GBA Logo horizontal Facebook LinkedIn Email Pinterest Twitter Instagram YouTube Icon Navigation Search Icon Main Search Icon Video Play Icon Plus Icon Minus Icon Picture icon Hamburger Icon Close Icon Sorted

Community and Q&A

Where to place snow guards?

user-1135248 | Posted in Green Building Techniques on

Part of my retrofit included a standing-seam metal roof, the type
with snap-together panels. I’ve read some of the folks’ prior
experiences with metal roofs and snow, and spent some of my first
winter watching the big cornices slowly form over the edge and
then thud down — in the back of the house, onto the basement
bulkhead and outer edge of the little matching rooflet over the
heat pump [and boy, am I glad I constructed *that* to be strong],
and shoveled most of what fell farther away from the house so it
wouldn’t form a huge mound and then melt toward the basement wall
later. It was kind of annoying and probably not very good for
the basement bulkhead. Now I’m thinking it would have been much
easier to let all that melt and run off through the drainage

The front has a 12/12 pitch and no critical infrastructure under
it, so I’m not going to worry about that side for now. The back
faces south, and has a 4.6/12 pitch or so on the shed dormer that
forms most of the roof’s width and that’s where I want to put snow
guards. From what I read it’s in the “critical region” of pitch
where snow guards make the most sense. The roof panels there
have a run length of about 16 feet. Both front and back have a
run of gutter, so snow sliding down and slowly curling over had
to negotiate over the leaf-guards and around the outer edge of the
gutter as well and while it managed to bear the load this time, it
was clear that it was under some amount of strain at times.

So to mitigate all this I’m looking at the S-5 “colorgard” system
and have already done the load math for the assumed “two-plus feet
of wet crap” worst-case they would have to hold back. The rear
overhang is two feet, built out over the “beer cooler” of 4″ polyiso
on roof and walls so there’s a pretty generous soffit “cave” under
the lower two feet of roof run. With the insulation, there shouldn’t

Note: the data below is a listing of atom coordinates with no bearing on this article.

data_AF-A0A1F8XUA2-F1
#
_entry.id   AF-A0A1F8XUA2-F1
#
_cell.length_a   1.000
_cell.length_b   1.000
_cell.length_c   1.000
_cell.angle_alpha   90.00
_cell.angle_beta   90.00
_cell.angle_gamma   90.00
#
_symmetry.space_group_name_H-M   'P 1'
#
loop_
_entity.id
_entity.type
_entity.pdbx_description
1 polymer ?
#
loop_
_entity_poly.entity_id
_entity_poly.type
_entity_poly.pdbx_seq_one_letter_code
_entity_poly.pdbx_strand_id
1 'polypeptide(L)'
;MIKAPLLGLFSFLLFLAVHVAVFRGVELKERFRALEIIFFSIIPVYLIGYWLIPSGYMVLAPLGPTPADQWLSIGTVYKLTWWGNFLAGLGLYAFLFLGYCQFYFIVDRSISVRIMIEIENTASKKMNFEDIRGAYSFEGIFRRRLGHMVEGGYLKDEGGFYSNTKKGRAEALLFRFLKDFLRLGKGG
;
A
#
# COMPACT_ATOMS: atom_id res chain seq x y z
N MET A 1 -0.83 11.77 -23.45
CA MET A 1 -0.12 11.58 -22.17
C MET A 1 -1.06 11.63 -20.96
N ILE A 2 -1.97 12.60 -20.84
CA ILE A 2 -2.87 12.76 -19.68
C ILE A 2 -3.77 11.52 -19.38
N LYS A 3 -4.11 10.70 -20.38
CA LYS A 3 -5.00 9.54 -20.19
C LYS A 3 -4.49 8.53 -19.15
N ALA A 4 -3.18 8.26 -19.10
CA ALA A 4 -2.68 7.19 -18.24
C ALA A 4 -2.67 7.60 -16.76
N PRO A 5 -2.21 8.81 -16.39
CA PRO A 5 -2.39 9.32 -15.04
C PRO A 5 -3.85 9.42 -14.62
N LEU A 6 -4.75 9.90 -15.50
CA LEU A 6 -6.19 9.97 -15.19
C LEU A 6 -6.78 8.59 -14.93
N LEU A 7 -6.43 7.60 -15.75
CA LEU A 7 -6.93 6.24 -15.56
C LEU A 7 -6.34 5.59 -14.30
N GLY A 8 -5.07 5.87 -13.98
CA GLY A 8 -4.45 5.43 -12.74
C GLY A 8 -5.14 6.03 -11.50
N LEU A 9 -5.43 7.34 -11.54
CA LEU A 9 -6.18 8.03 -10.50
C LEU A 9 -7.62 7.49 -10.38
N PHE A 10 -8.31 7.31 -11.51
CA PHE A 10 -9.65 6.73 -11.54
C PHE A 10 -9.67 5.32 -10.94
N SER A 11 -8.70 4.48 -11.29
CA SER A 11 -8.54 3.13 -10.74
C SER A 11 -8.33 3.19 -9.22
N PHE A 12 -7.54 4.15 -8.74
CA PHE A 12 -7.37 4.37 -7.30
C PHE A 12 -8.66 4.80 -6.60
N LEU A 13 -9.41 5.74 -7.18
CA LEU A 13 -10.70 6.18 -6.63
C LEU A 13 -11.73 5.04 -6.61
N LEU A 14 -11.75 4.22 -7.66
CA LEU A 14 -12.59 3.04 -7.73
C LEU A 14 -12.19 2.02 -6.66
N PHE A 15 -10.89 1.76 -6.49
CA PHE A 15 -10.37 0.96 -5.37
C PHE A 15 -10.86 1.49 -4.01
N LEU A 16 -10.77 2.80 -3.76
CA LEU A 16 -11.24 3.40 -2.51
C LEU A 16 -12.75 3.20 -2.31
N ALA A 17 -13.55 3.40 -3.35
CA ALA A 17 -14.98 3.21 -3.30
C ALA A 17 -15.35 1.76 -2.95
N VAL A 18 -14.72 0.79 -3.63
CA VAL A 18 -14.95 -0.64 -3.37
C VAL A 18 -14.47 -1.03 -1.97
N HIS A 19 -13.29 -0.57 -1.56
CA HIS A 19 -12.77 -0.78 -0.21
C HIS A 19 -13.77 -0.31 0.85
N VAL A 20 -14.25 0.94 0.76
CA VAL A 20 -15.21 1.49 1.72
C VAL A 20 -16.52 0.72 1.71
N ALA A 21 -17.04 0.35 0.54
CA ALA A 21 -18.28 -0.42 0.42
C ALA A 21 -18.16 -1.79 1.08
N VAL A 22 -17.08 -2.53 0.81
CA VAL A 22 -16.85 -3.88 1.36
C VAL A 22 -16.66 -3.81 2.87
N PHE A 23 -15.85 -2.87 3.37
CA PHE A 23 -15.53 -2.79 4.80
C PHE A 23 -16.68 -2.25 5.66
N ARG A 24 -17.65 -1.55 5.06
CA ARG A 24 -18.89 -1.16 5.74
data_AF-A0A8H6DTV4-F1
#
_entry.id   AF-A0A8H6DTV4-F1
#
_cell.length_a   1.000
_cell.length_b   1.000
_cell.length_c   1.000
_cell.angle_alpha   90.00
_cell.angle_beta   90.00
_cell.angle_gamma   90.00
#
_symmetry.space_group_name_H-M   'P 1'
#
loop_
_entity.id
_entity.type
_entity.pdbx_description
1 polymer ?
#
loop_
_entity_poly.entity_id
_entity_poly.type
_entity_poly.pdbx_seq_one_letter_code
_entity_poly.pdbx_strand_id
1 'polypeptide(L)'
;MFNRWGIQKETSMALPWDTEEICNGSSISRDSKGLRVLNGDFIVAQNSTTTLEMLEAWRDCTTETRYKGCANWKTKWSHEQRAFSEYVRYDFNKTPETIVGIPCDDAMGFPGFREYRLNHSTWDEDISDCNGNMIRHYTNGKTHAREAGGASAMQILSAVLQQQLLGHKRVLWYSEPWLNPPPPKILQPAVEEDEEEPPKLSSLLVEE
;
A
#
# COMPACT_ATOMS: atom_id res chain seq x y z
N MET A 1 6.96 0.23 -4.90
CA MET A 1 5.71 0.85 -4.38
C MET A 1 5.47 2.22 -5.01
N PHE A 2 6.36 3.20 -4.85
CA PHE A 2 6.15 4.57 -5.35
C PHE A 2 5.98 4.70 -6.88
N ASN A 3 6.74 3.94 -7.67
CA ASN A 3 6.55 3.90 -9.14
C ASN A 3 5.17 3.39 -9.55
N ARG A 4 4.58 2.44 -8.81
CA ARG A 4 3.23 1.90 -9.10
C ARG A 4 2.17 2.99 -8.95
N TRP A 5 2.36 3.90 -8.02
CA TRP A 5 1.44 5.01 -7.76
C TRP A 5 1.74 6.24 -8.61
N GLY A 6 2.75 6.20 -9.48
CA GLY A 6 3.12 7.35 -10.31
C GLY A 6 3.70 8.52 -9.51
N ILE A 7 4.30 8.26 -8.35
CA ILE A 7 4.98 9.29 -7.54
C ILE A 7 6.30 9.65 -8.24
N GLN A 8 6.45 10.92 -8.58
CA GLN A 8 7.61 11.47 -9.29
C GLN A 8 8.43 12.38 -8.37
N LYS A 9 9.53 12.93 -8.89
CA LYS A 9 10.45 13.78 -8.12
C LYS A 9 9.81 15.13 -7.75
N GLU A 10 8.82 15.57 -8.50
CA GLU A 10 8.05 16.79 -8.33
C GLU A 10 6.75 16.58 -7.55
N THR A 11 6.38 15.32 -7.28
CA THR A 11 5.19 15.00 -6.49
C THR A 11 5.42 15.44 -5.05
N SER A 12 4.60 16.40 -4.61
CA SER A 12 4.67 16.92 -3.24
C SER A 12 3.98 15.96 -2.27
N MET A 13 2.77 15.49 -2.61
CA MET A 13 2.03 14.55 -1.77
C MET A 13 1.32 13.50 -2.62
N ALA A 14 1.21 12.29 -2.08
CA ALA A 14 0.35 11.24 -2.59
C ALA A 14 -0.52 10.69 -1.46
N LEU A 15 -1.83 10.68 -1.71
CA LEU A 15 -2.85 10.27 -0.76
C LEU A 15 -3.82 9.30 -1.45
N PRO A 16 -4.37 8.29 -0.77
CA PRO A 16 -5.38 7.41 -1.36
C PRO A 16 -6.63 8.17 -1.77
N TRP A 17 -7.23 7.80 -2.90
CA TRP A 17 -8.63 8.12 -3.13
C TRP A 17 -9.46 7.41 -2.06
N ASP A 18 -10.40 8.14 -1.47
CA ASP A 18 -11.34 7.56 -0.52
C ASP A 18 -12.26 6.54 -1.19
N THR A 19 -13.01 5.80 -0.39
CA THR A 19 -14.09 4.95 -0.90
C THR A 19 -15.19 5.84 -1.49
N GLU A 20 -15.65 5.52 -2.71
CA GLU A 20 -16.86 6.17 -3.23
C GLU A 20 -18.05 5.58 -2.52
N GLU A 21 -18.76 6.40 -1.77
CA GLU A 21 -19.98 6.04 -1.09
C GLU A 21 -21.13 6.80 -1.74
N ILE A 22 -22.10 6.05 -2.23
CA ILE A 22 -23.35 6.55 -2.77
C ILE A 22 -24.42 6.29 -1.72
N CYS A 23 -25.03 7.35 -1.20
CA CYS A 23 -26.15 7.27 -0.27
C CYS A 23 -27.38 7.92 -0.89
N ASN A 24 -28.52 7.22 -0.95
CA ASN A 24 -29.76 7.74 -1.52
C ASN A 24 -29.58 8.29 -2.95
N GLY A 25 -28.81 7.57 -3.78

be any heat-leakage problem from underneath — I noticed no evidence
of anything resembling ice dams, just the whole “glacier” slowly
sliding down and big chunks of it dropping off during sunny days.

So the question is, with this particular roof structure, does
anyone have opinions on the best placement of the snow guards
relative to the exterior wall? Does it matter much in this case?
I was figuring on a foot or two up from the bottom edge of the
roof like most of them get placed, leaving only a little snow
below them to fall off, but wanted to draw on any prior experience
where better-insulated structures are concerned.

Even while thinking ahead to next winter, I’m also discovering
one other downside with metal roofing: wasps love them, and have
already been trying to move into the spaces under where the shed
dormer splits from the main roofline. There are a few small
unavoidable holes where the soffit and roofing couldn’t
completely mesh, which I predicted up front in the writeup
would be an attractive place for insects. For now I’ve stuffed
some fiberglass into the visible holes in a way that won’t be
in the path of any water, but if anyone’s got better ideas…


GBA Prime

Join the leading community of building science experts

Become a GBA Prime member and get instant access to the latest developments in green building, research, and reports from the field.


  1. jklingel | | #1

    From a quick read, it sounds like you are planning on having the snow on one side of your roof, and no snow on the other. If that is correct, that is very dangerous. Roofs are generally not designed to have a load on one side only, and could (and do) collapse. As for the placement of the avalanche clips, I am not an engineer but I see no reason to not let the roof stay fully loaded until it melts off, if it was designed for that load. In other words, put the clips near the edge of the roof; that worked for me. That said, you may want to see an engineer to see if you need another row up higher. A bunch of snow on a steep roof generates a fair load along the roof. Falling snow is extremely dangerous. If you have not been caught in a roof load that has slid off, I would advise remaining inexperienced thereof. The snow packs around you quite tightly, just like in an avalanche. Been there, done that. I hope my humble opinions help.